The sharp rise in care applications in the wake of the Baby P case has shown no sign of abating with record numbers of requests in March 2009, Cafcass said today.
Presenting figures for 2005-9, the family court body said applications for care orders by English councils were significantly higher in each of the four months following the end of the Baby P trial in November 2008 than in the previous year.
In March 2009, there were 739 applications, a 37.5% rise on the total for March 2008, and the highest ever recorded total, topping the 716 received in December 2008.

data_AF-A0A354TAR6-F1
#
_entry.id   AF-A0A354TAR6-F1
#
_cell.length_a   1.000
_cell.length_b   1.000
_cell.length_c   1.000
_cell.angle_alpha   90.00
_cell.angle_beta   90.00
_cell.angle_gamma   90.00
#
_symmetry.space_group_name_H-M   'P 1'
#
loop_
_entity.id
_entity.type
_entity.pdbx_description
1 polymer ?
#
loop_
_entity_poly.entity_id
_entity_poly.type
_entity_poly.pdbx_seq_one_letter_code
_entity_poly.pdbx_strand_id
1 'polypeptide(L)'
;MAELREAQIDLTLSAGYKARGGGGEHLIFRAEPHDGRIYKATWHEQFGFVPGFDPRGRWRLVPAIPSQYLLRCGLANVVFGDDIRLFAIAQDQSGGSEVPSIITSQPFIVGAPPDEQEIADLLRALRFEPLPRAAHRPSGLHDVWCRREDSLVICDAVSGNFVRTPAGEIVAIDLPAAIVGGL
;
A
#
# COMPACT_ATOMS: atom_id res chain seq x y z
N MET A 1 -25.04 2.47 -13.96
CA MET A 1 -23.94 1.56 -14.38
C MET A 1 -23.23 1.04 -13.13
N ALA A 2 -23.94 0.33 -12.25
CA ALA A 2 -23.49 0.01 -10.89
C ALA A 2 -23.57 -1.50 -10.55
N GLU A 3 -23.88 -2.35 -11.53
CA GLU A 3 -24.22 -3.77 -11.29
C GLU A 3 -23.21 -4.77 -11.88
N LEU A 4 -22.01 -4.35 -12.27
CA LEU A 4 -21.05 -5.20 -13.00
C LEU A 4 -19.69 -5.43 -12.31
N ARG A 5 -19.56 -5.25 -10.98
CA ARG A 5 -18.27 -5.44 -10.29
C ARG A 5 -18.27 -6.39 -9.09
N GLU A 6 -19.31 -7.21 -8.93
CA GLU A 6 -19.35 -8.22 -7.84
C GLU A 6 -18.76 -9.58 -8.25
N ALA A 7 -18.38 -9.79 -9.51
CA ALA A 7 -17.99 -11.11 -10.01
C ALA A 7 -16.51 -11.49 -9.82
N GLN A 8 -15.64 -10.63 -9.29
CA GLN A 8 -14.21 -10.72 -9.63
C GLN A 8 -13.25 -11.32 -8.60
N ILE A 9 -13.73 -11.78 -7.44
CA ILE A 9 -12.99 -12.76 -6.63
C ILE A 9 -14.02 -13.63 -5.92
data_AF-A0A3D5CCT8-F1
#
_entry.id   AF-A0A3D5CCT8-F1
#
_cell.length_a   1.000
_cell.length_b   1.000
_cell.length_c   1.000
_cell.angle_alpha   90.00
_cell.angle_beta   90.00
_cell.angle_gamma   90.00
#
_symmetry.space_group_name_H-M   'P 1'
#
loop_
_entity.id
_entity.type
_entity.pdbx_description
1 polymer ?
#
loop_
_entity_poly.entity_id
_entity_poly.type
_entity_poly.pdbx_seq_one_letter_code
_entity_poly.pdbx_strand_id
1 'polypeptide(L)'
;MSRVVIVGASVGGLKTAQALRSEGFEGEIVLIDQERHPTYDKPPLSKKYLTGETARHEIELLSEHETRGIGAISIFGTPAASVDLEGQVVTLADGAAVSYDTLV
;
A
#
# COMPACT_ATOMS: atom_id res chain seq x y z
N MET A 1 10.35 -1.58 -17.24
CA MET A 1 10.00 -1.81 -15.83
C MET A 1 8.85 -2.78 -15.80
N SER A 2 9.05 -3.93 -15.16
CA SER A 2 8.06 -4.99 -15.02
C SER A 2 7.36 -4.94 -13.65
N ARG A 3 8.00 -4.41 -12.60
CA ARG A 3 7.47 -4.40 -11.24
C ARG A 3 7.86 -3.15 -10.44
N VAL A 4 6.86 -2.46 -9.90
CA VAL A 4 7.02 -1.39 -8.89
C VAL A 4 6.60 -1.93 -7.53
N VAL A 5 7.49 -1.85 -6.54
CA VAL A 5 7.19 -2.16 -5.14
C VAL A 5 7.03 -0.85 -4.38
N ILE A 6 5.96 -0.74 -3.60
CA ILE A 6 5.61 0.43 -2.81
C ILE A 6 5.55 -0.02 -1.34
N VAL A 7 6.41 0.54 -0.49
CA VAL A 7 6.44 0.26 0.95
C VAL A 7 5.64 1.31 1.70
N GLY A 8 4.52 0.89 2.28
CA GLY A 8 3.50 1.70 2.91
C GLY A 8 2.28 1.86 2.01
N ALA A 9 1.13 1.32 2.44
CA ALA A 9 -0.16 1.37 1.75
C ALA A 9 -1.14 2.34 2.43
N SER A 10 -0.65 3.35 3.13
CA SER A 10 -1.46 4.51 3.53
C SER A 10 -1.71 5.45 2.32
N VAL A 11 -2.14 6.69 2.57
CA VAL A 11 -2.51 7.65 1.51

Cafcass said the figures “may be explained by a lowering of the threshold of intervention by local authorities following the publicity surrounding the Baby P criminal court case”.
Chief executive Anthony Douglas said: “The increase represent real cases which are nearly always upheld by a family court due to the power and strength of the evidence – there is no evidence that children are being taken into care needlessly. In fact it is our view that more children are now being safeguarded who would otherwise be at risk of neglect or harm.”
He added: “We are seeing an increase in cases coming to the courts of children already known to local authorities and where chronic neglect is the main feature. There are no easy solutions or guaranteed futures for these children, either back home or in the care system.”
How the Public Law Outline is affecting care cases in the wake of Baby P